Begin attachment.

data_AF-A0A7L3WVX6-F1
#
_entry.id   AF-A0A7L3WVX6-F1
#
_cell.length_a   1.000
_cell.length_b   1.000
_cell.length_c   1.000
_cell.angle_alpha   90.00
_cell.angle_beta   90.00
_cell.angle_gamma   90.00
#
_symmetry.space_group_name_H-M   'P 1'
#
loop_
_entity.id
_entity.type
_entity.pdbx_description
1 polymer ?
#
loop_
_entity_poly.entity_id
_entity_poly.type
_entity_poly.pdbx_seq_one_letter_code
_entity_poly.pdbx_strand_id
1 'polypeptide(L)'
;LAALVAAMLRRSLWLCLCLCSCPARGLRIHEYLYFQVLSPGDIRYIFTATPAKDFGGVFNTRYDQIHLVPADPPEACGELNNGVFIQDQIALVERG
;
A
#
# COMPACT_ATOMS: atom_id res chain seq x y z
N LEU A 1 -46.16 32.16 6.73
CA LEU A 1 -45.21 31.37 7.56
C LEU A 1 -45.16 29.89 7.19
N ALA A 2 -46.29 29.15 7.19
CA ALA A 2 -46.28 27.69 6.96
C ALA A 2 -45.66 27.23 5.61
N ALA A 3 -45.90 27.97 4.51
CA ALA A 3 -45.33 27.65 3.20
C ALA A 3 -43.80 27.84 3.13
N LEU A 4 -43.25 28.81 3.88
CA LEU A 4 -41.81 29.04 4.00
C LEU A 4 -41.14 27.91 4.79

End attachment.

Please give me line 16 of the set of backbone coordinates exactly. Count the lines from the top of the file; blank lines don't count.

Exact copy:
_entity.type